I believe a universe of neurons sends messages across synapses in writers’ brains as they work. What fuels our creativity? What blocks it? What connections within each of our worlds fuel our writing?
My friend Pat is a superb writer who writes her first draft in clear, lovely long hand. Her historical fiction flows from her mind, through her fingers, and on to the paper. Her old-fashioned way of writing is more than a nod to whatever century she is inhabiting at the time. A speaker at a conference I attended said the tactile sensation of handwriting enhances one’s creativity. It certainly works for Pat.
It may work for Pat, but it slows me down. I cannot write fast enough when I am in “the zone.” Nor could I read what I wrote later. I write best with my fingers flying over the keyboard.
Then I realized why Pat and I write differently. Pat is an artist and a retired art teacher. She works slowly, attending to minute details. Neither her writing nor her painting is rushed. Holding a brush or pen in her hand is Pat’s tactile form of creativity. She lives in two art worlds and blends them intellectually, sensually, and physically in her work, whether on canvass or paper.
As for me, my fingers have been flying over keys since I was seven and began piano lessons. My mind would whirr as I played compositions, sometimes at a “presto” tempo. No wonder I write best at a keyboard. Pat and I were hard-wired differently to write in our own ways.
Writing and Quilting
I wonder if, on a subconscious level, our other personal interests connect to each other as well. Having read several novels about quilters or quilting, I know only a quilter, or someone who appreciates that art form, could have written them. As a quilter, I savored those books. Then I began to see comparisons between quilting and writing.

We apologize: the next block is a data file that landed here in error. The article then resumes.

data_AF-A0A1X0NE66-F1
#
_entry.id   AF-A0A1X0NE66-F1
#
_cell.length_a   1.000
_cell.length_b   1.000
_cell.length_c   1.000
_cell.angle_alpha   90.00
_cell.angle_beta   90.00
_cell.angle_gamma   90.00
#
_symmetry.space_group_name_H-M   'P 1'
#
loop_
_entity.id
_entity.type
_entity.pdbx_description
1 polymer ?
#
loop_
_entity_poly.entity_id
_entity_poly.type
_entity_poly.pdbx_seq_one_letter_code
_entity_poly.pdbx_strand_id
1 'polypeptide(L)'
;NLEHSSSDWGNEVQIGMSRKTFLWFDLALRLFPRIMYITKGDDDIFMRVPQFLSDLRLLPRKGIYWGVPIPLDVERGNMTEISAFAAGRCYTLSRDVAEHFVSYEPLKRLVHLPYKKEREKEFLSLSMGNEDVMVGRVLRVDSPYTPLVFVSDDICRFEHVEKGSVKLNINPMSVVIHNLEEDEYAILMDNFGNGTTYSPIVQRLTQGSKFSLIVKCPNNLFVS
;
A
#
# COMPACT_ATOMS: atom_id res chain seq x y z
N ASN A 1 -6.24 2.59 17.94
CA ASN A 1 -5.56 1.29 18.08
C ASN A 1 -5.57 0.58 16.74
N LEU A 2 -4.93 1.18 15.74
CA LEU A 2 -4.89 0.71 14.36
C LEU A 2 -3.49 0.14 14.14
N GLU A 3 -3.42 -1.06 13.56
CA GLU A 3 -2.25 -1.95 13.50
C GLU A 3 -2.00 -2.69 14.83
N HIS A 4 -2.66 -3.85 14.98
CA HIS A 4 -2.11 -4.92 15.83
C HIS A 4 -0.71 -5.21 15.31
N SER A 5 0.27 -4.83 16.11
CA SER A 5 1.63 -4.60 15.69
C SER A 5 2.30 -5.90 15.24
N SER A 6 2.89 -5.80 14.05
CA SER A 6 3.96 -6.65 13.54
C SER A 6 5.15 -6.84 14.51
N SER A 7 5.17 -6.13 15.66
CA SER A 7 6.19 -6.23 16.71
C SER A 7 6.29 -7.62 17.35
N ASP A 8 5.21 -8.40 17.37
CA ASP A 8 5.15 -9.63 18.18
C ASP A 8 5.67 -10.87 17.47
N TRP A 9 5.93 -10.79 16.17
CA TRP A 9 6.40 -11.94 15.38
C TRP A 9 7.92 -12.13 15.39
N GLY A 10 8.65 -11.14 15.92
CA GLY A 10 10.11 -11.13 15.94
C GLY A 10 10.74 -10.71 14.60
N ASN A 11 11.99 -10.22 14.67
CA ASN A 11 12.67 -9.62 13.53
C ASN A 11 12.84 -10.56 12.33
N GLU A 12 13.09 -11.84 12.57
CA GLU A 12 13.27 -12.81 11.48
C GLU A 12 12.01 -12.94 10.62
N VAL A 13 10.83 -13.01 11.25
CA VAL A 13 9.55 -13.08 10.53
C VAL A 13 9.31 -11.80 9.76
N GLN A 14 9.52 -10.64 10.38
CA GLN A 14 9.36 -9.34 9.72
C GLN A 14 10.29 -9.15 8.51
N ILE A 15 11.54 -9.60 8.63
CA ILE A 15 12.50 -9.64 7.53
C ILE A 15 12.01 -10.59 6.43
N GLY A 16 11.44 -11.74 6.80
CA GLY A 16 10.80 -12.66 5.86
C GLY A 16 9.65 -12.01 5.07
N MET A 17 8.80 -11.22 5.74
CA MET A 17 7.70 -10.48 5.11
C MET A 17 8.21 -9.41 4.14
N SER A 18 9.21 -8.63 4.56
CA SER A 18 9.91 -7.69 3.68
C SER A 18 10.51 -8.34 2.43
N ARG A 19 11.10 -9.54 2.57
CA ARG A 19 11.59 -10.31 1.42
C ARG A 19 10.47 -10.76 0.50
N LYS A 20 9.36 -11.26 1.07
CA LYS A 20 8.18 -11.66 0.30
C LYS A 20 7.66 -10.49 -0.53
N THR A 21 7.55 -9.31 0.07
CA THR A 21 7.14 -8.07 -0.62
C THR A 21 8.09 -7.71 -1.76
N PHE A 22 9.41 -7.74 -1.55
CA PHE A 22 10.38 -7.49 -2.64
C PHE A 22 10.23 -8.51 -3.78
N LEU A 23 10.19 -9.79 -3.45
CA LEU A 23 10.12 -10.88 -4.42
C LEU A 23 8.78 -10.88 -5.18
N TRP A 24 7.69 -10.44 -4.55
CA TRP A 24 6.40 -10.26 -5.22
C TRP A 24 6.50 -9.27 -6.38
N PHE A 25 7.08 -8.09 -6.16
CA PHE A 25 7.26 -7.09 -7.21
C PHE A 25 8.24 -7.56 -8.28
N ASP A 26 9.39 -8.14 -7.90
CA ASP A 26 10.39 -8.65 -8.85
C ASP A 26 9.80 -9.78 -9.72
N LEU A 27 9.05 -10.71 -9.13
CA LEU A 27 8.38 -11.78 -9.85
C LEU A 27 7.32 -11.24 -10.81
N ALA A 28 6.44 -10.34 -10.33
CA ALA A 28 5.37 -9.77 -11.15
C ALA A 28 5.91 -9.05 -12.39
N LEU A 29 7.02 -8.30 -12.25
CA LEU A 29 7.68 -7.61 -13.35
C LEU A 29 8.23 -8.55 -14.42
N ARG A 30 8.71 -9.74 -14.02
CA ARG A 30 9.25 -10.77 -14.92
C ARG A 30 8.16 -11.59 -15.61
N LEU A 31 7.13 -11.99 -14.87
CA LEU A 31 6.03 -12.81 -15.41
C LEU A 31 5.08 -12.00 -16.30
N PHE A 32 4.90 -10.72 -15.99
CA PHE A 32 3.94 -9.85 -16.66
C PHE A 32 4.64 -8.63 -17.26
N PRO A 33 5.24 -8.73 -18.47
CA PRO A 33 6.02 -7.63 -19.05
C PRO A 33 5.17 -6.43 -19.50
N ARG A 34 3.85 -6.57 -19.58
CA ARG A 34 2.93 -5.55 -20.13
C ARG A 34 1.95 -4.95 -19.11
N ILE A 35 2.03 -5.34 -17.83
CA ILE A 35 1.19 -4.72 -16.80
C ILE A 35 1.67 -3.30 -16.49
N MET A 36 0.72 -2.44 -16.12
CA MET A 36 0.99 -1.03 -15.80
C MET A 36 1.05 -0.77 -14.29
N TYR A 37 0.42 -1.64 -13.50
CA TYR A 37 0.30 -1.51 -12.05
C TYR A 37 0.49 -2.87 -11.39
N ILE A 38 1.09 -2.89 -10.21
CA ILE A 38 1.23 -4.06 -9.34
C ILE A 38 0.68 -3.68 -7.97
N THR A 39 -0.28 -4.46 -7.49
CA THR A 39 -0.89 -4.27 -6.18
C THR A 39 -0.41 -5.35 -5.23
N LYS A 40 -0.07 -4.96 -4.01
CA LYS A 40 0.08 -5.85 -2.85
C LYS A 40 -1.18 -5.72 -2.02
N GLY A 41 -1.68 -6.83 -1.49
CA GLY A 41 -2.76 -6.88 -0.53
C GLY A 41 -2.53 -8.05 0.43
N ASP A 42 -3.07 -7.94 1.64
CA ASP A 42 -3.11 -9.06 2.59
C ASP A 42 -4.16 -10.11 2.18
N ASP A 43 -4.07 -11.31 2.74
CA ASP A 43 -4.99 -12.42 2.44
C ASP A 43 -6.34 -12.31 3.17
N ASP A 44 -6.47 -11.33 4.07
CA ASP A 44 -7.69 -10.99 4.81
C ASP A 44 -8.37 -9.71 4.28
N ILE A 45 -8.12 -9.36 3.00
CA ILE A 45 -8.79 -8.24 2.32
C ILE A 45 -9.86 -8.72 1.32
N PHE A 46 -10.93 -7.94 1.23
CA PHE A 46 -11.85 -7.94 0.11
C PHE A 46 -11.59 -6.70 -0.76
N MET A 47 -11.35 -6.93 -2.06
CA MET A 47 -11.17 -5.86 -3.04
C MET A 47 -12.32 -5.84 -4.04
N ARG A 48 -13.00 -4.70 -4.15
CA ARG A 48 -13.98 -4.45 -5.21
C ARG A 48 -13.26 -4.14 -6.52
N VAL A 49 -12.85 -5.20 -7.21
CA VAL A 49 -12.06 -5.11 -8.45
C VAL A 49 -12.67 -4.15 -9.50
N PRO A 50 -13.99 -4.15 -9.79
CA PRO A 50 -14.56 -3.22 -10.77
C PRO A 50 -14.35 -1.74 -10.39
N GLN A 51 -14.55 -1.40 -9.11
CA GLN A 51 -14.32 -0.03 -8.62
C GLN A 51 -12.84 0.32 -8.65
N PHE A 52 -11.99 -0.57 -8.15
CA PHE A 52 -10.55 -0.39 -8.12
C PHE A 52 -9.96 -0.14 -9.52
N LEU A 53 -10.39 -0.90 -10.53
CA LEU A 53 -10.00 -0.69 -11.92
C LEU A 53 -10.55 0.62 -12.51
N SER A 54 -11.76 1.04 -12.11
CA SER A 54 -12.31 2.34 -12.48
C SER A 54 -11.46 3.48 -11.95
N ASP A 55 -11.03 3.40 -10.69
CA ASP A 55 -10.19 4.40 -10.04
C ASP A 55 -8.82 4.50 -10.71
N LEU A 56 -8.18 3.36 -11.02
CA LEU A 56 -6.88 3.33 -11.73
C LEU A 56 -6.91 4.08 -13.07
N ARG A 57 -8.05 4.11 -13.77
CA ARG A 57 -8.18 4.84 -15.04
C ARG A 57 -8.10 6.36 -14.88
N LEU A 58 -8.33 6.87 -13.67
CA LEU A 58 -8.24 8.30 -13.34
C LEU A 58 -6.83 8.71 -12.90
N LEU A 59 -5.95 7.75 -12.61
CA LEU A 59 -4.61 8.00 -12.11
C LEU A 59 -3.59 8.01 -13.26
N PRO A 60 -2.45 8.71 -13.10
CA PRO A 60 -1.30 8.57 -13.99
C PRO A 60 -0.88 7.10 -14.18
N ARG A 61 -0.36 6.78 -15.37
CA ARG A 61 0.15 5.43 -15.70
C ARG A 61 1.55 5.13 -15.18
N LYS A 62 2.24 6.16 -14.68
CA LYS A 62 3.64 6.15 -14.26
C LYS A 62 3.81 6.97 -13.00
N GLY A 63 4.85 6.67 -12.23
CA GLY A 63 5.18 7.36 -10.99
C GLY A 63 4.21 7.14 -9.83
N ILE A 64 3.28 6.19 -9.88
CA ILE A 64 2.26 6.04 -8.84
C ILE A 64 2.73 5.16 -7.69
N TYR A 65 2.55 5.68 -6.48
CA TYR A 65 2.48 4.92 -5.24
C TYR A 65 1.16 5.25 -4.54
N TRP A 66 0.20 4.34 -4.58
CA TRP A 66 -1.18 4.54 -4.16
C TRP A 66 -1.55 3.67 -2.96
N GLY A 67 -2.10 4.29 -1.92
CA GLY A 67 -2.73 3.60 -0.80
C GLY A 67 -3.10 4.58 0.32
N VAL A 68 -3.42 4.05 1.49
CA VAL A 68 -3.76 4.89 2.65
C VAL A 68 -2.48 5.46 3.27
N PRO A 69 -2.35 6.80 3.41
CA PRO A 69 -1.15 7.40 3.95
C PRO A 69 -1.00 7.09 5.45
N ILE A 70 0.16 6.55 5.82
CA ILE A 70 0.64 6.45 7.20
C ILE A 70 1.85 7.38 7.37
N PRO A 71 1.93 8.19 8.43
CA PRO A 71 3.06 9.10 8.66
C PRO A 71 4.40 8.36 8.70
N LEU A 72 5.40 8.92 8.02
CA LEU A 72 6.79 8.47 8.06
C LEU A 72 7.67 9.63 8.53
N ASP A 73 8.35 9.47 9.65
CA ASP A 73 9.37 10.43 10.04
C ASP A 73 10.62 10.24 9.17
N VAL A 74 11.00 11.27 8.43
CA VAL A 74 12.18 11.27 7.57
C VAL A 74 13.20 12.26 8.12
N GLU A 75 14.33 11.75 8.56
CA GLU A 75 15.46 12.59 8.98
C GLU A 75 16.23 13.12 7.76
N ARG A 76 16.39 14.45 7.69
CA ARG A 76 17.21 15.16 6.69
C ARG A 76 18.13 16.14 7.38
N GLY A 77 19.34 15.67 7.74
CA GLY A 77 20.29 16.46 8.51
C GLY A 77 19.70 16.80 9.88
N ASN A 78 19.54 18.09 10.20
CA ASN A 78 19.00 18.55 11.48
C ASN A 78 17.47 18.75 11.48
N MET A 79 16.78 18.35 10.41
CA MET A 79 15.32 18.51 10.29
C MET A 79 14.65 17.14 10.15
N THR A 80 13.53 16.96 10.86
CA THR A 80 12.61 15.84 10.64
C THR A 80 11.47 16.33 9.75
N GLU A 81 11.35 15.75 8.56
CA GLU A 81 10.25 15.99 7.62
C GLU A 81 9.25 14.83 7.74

Quilters first design their project, be it a table runner or bedspread, on paper (or sticky wall). They study their grand design that is based on smaller elements — blocks (smaller squares) made from snippets of various geometric shapes.
Novelists also work from a grand design, called the “story arc.” The protagonist begins in one place and ends up in another, either having changed his world or having been changed by his world. The author designs that journey using subplots and scenes written in chapters, like the quilters’ blocks. Then, at the end of their novels, writers “tie up the loose ends.” Quilters “bind” the edges of their quilts with fabric strips.
Authors create complex characters, who blend darkness and light, good and evil. Quilters use dark, medium, and light hues to bring their patterns to life and give them depth.
Do quilters write because creating a quilt is like creating a novel? Do writers see contrasts between their characters, and their opposing goals, like quilters see hues and adjoining blocks that make up a whole?
Anne K. Kaler PhD, in her book, Writers Who Quilt, Quilters Who Write: Stories Stitched with Pens and Needles, looks at those questions https://www.amazon.com/gp/product/1477621008/ref=ppx_yo_dt_b_asin_image_o00_s00?ie=UTF8&psc=1#reader_1477621008
I will share her observations in subsequent blogs. But in the meanwhile, what do you think?